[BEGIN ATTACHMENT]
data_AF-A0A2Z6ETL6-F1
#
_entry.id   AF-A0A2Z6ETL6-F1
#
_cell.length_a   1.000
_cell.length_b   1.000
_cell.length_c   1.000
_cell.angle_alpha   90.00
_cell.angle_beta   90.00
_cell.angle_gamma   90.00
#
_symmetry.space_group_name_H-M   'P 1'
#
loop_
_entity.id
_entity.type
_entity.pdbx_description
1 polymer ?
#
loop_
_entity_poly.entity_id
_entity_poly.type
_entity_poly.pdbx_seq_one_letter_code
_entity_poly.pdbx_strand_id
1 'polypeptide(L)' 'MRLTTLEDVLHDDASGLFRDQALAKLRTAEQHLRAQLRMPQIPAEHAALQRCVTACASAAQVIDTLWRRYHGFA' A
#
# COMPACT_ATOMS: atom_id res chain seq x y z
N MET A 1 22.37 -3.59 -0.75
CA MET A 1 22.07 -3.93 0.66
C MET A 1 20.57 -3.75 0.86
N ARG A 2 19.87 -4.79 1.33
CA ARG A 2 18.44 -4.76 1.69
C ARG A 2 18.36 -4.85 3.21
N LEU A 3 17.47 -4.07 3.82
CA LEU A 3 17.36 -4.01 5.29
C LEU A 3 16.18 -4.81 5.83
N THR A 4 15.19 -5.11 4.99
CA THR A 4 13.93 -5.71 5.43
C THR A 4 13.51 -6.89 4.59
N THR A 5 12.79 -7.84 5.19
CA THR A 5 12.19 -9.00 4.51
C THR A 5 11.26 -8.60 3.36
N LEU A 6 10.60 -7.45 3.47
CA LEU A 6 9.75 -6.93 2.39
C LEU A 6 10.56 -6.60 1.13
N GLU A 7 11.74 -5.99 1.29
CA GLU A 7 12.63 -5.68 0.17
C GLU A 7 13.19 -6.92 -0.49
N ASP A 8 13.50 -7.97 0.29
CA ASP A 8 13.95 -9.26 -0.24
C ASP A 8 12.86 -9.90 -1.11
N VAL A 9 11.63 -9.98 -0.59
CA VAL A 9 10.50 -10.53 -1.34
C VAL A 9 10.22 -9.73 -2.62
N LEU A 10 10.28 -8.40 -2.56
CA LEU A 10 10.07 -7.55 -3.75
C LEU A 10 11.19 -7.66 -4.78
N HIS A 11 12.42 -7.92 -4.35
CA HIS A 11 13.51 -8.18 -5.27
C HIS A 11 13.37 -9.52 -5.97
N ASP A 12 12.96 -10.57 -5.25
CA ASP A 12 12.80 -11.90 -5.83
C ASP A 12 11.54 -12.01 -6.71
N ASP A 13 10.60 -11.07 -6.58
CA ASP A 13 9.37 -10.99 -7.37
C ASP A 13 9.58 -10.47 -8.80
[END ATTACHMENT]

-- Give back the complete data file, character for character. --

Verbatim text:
data_AF-A0A2Z6ETL6-F1
#
_entry.id   AF-A0A2Z6ETL6-F1
#
_cell.length_a   1.000
_cell.length_b   1.000
_cell.length_c   1.000
_cell.angle_alpha   90.00
_cell.angle_beta   90.00
_cell.angle_gamma   90.00
#
_symmetry.space_group_name_H-M   'P 1'
#
loop_
_entity.id
_entity.type
_entity.pdbx_description
1 polymer ?
#
loop_
_entity_poly.entity_id
_entity_poly.type
_entity_poly.pdbx_seq_one_letter_code
_entity_poly.pdbx_strand_id
1 'polypeptide(L)' 'MRLTTLEDVLHDDASGLFRDQALAKLRTAEQHLRAQLRMPQIPAEHAALQRCVTACASAAQVIDTLWRRYHGFA' A
#
# COMPACT_ATOMS: atom_id res chain seq x y z
N MET A 1 22.37 -3.59 -0.75
CA MET A 1 22.07 -3.93 0.66
C MET A 1 20.57 -3.75 0.86
N ARG A 2 19.87 -4.79 1.33
CA ARG A 2 18.44 -4.76 1.69
C ARG A 2 18.36 -4.85 3.21
N LEU A 3 17.47 -4.07 3.82
CA LEU A 3 17.36 -4.01 5.29
C LEU A 3 16.18 -4.81 5.83
N THR A 4 15.19 -5.11 4.99
CA THR A 4 13.93 -5.71 5.43
C THR A 4 13.51 -6.89 4.59
N THR A 5 12.79 -7.84 5.19
CA THR A 5 12.19 -9.00 4.51
C THR A 5 11.26 -8.60 3.36
N LEU A 6 10.60 -7.45 3.47
CA LEU A 6 9.75 -6.93 2.39
C LEU A 6 10.56 -6.60 1.13
N GLU A 7 11.74 -5.99 1.29
CA GLU A 7 12.63 -5.68 0.17
C GLU A 7 13.19 -6.92 -0.49
N ASP A 8 13.50 -7.97 0.29
CA ASP A 8 13.95 -9.26 -0.24
C ASP A 8 12.86 -9.90 -1.11
N VAL A 9 11.63 -9.98 -0.59
CA VAL A 9 10.50 -10.53 -1.34
C VAL A 9 10.22 -9.73 -2.62
N LEU A 10 10.28 -8.40 -2.56
CA LEU A 10 10.07 -7.55 -3.75
C LEU A 10 11.19 -7.66 -4.78
N HIS A 11 12.42 -7.92 -4.35
CA HIS A 11 13.51 -8.18 -5.27
C HIS A 11 13.37 -9.52 -5.97
N ASP A 12 12.96 -10.57 -5.25
CA ASP A 12 12.80 -11.90 -5.83
C ASP A 12 11.54 -12.01 -6.71
N ASP A 13 10.60 -11.07 -6.58
CA ASP A 13 9.37 -10.99 -7.37
C ASP A 13 9.58 -10.47 -8.80